Why Lancaster DID have a better claim than York – at least according to Edward III

Loyal readers will know that I’m something of a ‘Wars of the Roses’ fan.  I mean, obviously I’m not actually a fan of any war – but you get what I mean.

Some argue the wars ended in 1471, others in 1485.  In reality they are still bring fought today – just on social media rather than the battle field.

Or, to be less dramatic, it is fair to say that the debate around which Royal House – York or Lancaster – had the best claim to the throne is still hotly debated.

Choosing the Red and White Roses.jpgThe Wars of the Roses saw the houses of York and Lancaster fight for the throne
between 1455 and 1470

The argument – with respect to my fellow geeks – is not always at the most sophisticated level.  A slightly flippant summary would go along the lines of ‘I’m a Tudor geek so Lancaster had the best claim’ to be retaliated with ‘York had the moral high ground because I fancy Max Irons.’

Up until recently, my more moderate view was that ‘York probably had the best claim’ while accepting it wasn’t a black and white issue.  I even created some quite hilarious memes to that effect.  But there’s a reason I decided to pick up my virtual biro and pen this post.  That’s right super cool readers…following a bit more research, I have changed my mind.

Let’s have a quick recap. In 1399, Henry Bolinbroke deposed his cousin Richard II and established the house of Lancaster on the throne of England.

Henry IV – as Bolinbroke became – was the eldest boy of John of Gaunt – third son of Edward III.

The Lancastrian crown then passed safely down the dynasty for three generations until in the late 1450s people got fed up with the well meaning but weak Henry VI who was probably mentally ill.  He was challenged for the throne by his distant cousin Richard, Duke of York – a descendant of Edmund of Langley, Edward III’s fourth surviving son.

On the face of it therefore, York’s claim seems pretty weak; Langley was certainly the younger brother to Gaunt.  But here’s the snag.  Richard was also descended from Philippa of Clarence, the daughter of Lionel of Antwerp – Edward III’s second son.  So, if you accept that women can transmit their claim to the throne to their male descendants, York really did have a claim worth taking seriously.

Richard, Duke of York claimed the throne as a descendant of Lionel of Antwerp,
Edward III’s second son

By the end of the end of the 15th century, descent through the female line was broadly accepted as a legal basis for succession.  Henry VII loosely claimed the throne through his mother, Margaret Beaufort and his son had a far greater claim through descent from Elizabeth of York.  Perhaps because my interest in history began in the Tudor era, I have always been tempted to read this mindset into earlier generations and this might be why I had always assumed York’s claim was slightly superior, despite recognising it was complicated.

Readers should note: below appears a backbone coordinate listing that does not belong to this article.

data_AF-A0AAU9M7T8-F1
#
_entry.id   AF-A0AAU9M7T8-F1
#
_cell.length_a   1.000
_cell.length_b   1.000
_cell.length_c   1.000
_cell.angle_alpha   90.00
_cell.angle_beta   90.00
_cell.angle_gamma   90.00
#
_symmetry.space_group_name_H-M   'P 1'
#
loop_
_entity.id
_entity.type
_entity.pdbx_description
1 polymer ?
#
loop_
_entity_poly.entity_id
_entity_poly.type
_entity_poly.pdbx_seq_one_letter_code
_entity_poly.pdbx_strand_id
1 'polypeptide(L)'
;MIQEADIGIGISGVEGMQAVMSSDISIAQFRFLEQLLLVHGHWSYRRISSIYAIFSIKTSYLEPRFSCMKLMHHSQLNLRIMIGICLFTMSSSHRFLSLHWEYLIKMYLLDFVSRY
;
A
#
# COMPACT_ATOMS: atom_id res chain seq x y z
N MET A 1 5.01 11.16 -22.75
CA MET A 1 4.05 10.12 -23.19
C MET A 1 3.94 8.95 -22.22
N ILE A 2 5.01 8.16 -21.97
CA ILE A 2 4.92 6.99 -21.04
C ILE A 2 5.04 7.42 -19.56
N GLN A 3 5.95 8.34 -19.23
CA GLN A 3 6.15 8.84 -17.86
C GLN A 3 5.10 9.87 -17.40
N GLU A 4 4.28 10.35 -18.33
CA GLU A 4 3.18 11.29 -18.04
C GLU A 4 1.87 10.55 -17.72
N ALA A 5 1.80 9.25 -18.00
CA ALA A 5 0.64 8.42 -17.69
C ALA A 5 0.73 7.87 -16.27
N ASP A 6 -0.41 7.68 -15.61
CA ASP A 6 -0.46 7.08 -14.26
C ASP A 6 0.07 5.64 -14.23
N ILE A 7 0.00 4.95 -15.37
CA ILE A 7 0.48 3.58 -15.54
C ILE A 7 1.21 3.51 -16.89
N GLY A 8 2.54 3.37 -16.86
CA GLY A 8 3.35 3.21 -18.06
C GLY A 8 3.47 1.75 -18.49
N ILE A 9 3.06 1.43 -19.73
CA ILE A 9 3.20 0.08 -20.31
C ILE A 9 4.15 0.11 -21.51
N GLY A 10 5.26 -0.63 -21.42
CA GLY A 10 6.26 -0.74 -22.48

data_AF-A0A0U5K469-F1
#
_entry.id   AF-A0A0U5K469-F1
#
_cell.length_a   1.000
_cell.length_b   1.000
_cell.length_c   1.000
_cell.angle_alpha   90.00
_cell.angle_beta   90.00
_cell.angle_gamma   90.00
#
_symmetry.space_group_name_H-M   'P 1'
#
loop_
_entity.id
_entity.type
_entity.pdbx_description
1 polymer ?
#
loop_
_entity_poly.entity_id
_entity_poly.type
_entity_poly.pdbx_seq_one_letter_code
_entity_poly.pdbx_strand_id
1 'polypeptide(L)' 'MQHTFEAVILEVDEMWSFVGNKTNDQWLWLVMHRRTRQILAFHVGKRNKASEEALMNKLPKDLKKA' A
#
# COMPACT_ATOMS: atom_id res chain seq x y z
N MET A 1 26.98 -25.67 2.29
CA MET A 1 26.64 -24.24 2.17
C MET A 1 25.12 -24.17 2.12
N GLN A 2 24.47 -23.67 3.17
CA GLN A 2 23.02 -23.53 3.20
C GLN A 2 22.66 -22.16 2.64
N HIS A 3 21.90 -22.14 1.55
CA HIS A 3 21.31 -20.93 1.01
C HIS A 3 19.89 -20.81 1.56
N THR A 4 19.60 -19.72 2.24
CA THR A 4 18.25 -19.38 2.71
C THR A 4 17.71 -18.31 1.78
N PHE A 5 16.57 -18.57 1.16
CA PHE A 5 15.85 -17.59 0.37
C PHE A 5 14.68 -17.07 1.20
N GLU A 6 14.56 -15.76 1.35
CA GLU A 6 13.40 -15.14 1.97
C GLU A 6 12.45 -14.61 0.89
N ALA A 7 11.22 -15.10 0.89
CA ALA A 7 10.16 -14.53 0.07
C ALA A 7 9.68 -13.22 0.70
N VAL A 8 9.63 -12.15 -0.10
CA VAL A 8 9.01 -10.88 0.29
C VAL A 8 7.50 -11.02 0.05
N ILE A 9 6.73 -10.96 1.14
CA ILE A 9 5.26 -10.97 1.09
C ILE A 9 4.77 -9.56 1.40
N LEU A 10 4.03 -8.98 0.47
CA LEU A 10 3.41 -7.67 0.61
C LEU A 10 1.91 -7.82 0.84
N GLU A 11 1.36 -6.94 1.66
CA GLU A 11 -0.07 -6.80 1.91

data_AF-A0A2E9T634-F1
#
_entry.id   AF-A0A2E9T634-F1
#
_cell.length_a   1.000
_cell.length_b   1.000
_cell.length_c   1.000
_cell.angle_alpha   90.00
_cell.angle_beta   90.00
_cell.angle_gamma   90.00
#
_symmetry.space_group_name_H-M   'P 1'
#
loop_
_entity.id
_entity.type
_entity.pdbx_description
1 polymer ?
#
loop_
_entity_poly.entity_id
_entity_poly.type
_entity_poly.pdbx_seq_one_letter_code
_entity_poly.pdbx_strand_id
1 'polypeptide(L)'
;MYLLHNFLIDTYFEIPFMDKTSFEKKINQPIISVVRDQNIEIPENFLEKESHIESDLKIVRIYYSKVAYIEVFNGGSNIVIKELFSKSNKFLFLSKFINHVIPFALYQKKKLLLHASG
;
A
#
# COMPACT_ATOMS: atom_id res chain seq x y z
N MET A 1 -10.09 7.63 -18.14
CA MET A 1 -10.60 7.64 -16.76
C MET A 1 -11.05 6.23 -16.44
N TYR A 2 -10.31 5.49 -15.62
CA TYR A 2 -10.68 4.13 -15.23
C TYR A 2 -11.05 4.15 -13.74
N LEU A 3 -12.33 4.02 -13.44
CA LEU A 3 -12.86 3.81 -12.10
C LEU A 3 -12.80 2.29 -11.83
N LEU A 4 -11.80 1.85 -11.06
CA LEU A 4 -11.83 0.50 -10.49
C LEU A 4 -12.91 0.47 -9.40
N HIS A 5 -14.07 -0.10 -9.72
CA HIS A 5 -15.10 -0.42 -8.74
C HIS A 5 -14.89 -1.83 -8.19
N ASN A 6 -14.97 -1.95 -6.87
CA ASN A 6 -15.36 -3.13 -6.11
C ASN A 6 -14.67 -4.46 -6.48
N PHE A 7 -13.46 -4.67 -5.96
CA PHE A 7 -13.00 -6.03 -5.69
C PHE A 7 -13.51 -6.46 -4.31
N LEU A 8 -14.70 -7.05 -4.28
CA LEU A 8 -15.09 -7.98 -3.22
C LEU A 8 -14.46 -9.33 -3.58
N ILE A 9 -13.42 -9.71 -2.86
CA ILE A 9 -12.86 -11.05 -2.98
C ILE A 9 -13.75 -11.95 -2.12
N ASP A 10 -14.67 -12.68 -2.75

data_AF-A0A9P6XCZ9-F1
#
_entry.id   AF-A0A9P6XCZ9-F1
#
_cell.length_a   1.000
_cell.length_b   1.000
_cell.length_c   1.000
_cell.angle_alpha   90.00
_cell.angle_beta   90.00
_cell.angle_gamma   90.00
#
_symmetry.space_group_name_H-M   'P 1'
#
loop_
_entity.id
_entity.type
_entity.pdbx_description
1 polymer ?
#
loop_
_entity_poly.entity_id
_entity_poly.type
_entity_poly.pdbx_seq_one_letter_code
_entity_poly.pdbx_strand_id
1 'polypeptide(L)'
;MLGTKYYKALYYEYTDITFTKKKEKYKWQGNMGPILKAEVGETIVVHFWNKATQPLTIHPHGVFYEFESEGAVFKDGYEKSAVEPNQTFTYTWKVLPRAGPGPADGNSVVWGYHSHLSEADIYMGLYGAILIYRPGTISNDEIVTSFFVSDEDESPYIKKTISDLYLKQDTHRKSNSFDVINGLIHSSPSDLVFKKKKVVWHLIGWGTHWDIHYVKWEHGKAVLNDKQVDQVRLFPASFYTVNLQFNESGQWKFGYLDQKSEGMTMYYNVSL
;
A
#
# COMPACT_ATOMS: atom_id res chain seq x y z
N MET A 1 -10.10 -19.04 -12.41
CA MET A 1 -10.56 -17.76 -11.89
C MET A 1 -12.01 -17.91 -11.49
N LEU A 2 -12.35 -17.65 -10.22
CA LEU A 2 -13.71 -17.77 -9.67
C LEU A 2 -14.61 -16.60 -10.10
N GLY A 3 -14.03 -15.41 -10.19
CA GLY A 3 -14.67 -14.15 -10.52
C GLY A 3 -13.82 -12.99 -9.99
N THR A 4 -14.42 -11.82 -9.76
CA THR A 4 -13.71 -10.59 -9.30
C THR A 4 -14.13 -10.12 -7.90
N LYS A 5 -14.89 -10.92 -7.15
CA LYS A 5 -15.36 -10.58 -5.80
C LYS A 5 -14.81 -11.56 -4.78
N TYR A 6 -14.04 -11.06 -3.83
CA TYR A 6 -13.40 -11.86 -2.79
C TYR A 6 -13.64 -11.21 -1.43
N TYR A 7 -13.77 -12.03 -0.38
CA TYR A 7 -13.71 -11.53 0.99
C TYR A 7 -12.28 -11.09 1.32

However, the more I’ve researched the politics, law and conventions of the 14th century, the more I’ve begun to question my thinking.  I’ve discovered that- while Salic law, which prohibits women from inheriting the throne was never formally introduced – the trend toward male-only inheritance was gaining currency.  Many nobles were entailing their estates so that only sons could inherit.

It would seem that the great Edward III has similar sentiments.  Disaster struck the Royal House when Edward the Prince of Wales (known to history as the ‘Black Prince’) died prematurely leaving one surviving son behind.  In a world of high mortality, the succession was far from secure.

To the political classes it was unclear whether the next heir after Prince Richard (the future Richard II) was Roger Mortimer, son of Philippa of Clarence (the heir general) or John of Gaunt and his son (the heirs male).

Essentially, because the Duke of York inherited the Mortimer claim via his mother, it is this question that legitimised the Wars of the Roses.  But, little did I realise until recently, it is actually one that Edward III had decided to answer.  In 1376 he created a document that made clear his intent to entail the throne through the male line.  Should Richard II’s line fail, his intent was that the crown should pass to Lancaster.

Early modern half-figure portrait of Edward III in his royal garb.

The mighty Edward III wanted his throne to pass only
through the male line

Legally, the only thing that could really override this would be if Richard had nominated a successor – but he appeared to leave the question open, possibly for political leverage.  However he did ultimately name Henry as his successor by the handing over of the ring – admittedly under some duress.  When Parliament accepted Henry IV’s sovereignty in 1399 it was probably not because of the size of his army – and indeed there is much to suggest that his ‘coup’ was relatively bloodless – and more to do with the fact that,  once a case could be made to dispose Richard, a Lancastrian succession was legally appropriate.